Radiomics and a machine-learning algorithm can differentiate pancreatic ductal adenocarcinoma (PDAC) from a normal pancreas on CT studies, potentially enabling earlier diagnosis of this highly lethal cancer, according to research published online April 23 in the American Journal of Roentgenology.
In a preliminary study, researchers from Johns Hopkins University, led by Dr. Linda Chu and Dr. Seyoun Park, found that a machine learning-based analysis of CT radiomics features extracted from the entire pancreas could be highly accurate for differentiating PDAC cases from normal control cases.
"There is the potential to combine this algorithm with automatic organ segmentation algorithms for automatic detection of PDAC," the authors wrote.
The 12th most common cancer and fourth most common cause of cancer deaths in the U.S., pancreatic ductal adenocarcinoma has an overall five-year survival rate of only 8%. Unfortunately, only up to 20% of patients present with localized disease -- when PDAC has the highest five-year survival rate at 32%. Although CT has been shown in the literature to be highly sensitive for PDAC, early cancer can be subtle and missed on CT by even experienced radiologists, according to the authors.
Radiomics, or quantitative imaging, features have been used previously to predict survival in patients with PDAC and to differentiate precursor lesions to the condition. In their study, the Johns Hopkins researchers sought to determine if CT radiomics features extracted from the entire pancreas could be utilized to differentiate PDAC from normal pancreatic tissue.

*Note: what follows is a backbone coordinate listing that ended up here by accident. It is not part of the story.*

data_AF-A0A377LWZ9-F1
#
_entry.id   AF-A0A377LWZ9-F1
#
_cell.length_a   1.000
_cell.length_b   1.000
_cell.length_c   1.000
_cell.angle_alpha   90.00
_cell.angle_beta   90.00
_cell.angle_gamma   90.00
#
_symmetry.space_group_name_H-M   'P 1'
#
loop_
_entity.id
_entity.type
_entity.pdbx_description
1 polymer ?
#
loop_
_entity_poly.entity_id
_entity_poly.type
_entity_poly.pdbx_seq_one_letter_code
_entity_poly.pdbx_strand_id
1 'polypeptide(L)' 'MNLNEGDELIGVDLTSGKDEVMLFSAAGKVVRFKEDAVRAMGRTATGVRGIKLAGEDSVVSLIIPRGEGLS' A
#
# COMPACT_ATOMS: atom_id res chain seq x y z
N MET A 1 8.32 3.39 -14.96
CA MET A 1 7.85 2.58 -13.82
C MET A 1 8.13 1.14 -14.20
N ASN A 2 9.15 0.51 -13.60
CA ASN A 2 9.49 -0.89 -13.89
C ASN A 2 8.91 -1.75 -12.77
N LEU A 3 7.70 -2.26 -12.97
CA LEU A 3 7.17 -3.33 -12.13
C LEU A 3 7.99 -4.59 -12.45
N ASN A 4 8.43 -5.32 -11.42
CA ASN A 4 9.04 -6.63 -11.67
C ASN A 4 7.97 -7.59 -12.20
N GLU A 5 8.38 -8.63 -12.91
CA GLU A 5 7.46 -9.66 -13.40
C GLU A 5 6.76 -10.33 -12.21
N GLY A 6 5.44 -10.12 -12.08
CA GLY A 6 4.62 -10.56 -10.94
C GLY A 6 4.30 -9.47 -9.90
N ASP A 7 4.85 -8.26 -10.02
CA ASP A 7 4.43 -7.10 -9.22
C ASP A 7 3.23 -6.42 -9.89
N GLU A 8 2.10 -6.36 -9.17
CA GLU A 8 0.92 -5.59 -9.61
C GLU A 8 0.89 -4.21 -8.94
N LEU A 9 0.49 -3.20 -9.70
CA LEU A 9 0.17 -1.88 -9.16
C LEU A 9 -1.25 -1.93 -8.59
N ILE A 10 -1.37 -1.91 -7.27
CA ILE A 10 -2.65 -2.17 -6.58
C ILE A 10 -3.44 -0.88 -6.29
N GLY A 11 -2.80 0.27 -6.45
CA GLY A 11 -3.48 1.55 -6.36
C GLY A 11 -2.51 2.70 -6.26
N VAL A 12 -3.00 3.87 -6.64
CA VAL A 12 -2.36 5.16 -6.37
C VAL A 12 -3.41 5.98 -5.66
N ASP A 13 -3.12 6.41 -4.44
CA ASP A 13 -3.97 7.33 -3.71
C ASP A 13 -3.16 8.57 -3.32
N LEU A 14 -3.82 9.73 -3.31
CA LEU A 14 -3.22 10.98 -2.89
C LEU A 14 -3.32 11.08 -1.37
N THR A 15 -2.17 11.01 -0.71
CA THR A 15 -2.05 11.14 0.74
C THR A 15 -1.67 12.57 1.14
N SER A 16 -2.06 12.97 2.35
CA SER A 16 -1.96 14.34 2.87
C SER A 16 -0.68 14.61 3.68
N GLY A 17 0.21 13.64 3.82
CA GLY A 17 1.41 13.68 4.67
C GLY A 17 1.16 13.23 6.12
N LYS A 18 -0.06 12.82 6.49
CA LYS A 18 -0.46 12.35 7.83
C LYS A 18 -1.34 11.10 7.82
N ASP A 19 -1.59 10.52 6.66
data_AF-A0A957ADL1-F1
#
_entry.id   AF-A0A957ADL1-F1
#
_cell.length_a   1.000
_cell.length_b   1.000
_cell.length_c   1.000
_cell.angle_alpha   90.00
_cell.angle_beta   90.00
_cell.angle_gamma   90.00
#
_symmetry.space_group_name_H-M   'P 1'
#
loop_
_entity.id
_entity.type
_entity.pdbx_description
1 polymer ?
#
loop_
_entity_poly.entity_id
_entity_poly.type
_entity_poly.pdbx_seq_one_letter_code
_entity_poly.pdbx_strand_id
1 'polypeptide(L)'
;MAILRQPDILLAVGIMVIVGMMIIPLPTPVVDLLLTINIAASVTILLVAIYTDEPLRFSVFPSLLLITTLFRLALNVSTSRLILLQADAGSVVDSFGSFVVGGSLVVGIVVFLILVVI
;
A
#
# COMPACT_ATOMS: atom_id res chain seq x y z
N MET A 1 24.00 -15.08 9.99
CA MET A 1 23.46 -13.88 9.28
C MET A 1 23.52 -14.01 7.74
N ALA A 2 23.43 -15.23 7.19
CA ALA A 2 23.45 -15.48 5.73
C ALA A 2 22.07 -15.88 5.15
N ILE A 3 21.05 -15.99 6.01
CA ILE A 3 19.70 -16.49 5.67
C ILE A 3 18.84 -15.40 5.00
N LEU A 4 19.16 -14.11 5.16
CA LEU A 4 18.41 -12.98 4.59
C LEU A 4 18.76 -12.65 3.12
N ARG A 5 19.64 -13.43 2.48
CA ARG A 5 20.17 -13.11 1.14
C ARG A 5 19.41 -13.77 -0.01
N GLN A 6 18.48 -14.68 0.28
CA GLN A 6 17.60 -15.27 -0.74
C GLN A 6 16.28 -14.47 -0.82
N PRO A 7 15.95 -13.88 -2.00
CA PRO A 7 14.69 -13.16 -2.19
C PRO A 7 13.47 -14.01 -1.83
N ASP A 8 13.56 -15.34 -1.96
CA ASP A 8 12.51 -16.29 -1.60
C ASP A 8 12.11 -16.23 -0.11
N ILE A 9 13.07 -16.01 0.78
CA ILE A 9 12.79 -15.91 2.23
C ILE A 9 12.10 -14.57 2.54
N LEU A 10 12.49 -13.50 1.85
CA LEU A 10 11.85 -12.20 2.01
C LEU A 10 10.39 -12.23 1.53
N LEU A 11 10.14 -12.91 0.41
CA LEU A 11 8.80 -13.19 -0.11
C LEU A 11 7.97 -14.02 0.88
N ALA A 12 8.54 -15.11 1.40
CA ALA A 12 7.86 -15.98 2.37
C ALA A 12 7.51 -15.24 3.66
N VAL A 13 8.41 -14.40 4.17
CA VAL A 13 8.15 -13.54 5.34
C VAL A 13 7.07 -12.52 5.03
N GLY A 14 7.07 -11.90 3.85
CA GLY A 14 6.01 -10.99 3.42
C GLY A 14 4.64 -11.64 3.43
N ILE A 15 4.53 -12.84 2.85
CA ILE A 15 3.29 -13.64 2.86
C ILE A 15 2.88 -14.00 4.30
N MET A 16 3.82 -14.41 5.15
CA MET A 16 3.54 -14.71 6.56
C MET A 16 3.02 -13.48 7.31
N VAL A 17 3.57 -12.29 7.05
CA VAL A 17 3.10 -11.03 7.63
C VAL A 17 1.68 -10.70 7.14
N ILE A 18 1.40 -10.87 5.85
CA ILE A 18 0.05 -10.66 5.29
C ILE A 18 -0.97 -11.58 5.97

The researchers retrospectively gathered CT scans from 190 patients with PDAC and 190 healthy potential renal donors without known pancreatic disease from 2012 to 2017. The average size of the tumor was 4.1 cm ± 1.7. After four trained researchers manually segmented the 3D volume of the pancreas, 478 radiomics features were extracted to express the phenotype of the pancreas. Of these, 40 were selected for analysis by a machine-learning (random forest) classifier.
Of the 380 total cases, 255 (130 PDAC and 125 normal cases) were used for training the random forest classifier to provide a binary classification of PDAC versus normal. The remaining 65 normal control cases and 60 PDAC cases were used to validate the algorithm.
|Performance of machine-learning algorithm for differentiating PDAC from normal cases
In the one false-positive case, an artifact related to the cholecystectomy clip may have contributed to alterations of the radiomics features, according to the researchers.
"Although the mean tumor size in the current study was larger than those that are easily missed on imaging in practice and the need for manual segmentation was labor intensive, this study provided evidence that radiomics is a feasible approach in tumor detection," the authors wrote. "Future work will evaluate the performance of radiomics in the detection of smaller tumors that may be more easily missed on imaging."
In addition, the radiomics algorithm will need to be validated across different institutions, vendors, and scanning protocols, the team noted.